What is Organic Cotton? Why is it better?

What is Organic Cotton? Why is it better?

Right. The question we get asked the most.

Which is quite understandable for a 100% organic cotton brand like ours, honestly. Organic cotton is at the heart of what we do at No Nasties. Since the time we started off in 2011, there isn’t another material that has gone into every single piece of our clothing. We swear by it.

What’s equally understandable is that many people aren’t too clear on what the fuss is all about. You see, just about 1% of cotton grown globally and in India is actually organic. But if you know its benefits, you’ll also feel that this number really ought to be higher.

Let’s get into it, then.

What’s organic cotton anyway?

Simply put, organic cotton is cotton grown as naturally as possible. This translates into elimination of GMO (Genetically Modified Organism) seeds and synthetic chemicals like fertilisers or pesticides from the agricultural production process. 

Organic is more commonly talked about in the context of foods. But there are a few very compelling reasons why it has assumed special relevance in the case of cotton, recently. They go far beyond organic merely ‘sounding’ better.

 

But what is even the problem with conventional cotton?

Oh, it is a NASTY one.

Cotton (i.e. conventional cotton grown with GMO seeds and chemicals) is the world’s ‘dirtiest’ crop. Here’s an eye-opener: cotton farming takes up about 2.5% of the world’s agricultural land, but consumes 16% of all insecticides and 7% of all pesticides! 

In India, which grows the maximum amount of cotton in the world, it’s even worse -  these numbers stand at about 5% of land vs almost 50% of total pesticides in the country! Cotton is also one of the world’s most water-intensive crops.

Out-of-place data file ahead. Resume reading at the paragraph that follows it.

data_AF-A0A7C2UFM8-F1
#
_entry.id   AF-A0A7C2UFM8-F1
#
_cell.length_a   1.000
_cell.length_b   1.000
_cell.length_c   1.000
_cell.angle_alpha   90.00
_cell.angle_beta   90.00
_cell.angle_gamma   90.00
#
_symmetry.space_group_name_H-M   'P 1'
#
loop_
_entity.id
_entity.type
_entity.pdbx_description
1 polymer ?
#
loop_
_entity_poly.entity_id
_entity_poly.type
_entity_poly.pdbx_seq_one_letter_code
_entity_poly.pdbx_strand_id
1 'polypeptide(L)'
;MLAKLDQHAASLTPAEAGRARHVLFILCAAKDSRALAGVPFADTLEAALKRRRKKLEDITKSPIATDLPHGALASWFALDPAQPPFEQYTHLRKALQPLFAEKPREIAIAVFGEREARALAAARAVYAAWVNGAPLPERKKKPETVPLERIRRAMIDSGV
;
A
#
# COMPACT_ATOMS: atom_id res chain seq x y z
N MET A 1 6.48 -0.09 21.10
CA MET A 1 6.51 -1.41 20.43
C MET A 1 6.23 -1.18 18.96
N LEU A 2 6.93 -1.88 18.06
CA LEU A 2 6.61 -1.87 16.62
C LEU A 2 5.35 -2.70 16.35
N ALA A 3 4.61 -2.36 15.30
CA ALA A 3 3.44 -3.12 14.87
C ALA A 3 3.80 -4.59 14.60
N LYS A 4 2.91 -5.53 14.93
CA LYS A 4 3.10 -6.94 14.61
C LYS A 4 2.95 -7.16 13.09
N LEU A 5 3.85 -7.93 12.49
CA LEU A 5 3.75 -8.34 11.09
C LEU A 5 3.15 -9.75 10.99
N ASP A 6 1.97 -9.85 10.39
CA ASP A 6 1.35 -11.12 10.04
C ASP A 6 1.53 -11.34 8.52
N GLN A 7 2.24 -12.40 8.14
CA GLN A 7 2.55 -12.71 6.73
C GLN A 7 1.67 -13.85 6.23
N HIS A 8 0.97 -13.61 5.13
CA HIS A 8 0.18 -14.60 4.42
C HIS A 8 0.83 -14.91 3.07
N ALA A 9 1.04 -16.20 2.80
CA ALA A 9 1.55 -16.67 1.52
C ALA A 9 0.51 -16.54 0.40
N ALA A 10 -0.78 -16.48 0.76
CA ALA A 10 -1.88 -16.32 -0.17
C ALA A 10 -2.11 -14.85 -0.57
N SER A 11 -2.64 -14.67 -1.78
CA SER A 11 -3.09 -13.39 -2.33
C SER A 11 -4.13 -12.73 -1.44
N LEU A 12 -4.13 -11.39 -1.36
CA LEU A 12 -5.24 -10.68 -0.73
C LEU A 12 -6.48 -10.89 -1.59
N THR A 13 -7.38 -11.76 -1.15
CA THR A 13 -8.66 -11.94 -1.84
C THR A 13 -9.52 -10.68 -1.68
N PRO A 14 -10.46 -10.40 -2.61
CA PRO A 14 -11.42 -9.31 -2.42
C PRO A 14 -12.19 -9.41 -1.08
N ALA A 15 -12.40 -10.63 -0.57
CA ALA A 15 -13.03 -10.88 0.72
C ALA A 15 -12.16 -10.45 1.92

These aren’t numbers that should be taken lightly. Here’s why:

  • Strong, toxic insecticides and pesticides used to grow conventional cotton harm the soil and also enter food and water systems as run-off.
  • They pollute ecosystems and are detrimental to health once they reach living beings as cotton oil or livestock feed.
  • They’re awful for farmer health. Some of the most common pesticides used while farming cotton have been banned over time in many countries and flagged by environmental agencies, with one even labelled “probable carcinogen” by the WHO (World Health Organisation).

Oh, but there’s more.

Our Cotton farmers are suffering

Conventional cotton, as we know it today, came to be ‘conventional’ once advanced agricultural practices normalised the use of GMO seeds and chemical pesticides in favour of better yields. This, of course, comes at a cost (literally) to farmers. And y’know, agricultural finance in India isn’t without its share of problems. It has a number of issues that add immensely to the plight of farmers. 

Consider this. GMO seeds and chemical farming agents are expensive. Further, high-yield pressures force farmers into buying these seeds and chemicals, resulting in debt-traps. Now, India has also recorded about 300,000 farmer suicides in 20 years. Adding 2 and 2 isn’t difficult here, sadly. 

You see now? Cotton’s image as a soft, pure, natural fibre hides these nasties. Not cool.

Organic cotton: It’s cheaper, it’s cleaner, it’s better

Does growing cotton organically fix these issues? YES.

In almost every way, organic cotton positively benefits the planet and the people who grow it. And these benefits come back to us too, in the form of food and water systems that aren’t contaminated by pesticides and insecticides (you saw how BAD it is, yeah?). 

In number terms, various research studies have been carried out to assess how much better organic cotton fares over conventional cotton on different parameters. Some of these numbers are quite startling.

Let’s take a simple t-shirt, for instance. It takes about 500 litres of water to make one! If we switch to organic cotton and compare numbers, you could essentially save about 17 weeks of drinking water, a kilometre or two of driving emissions and an entire day’s worth of bulb energy. These are just the resources being saved.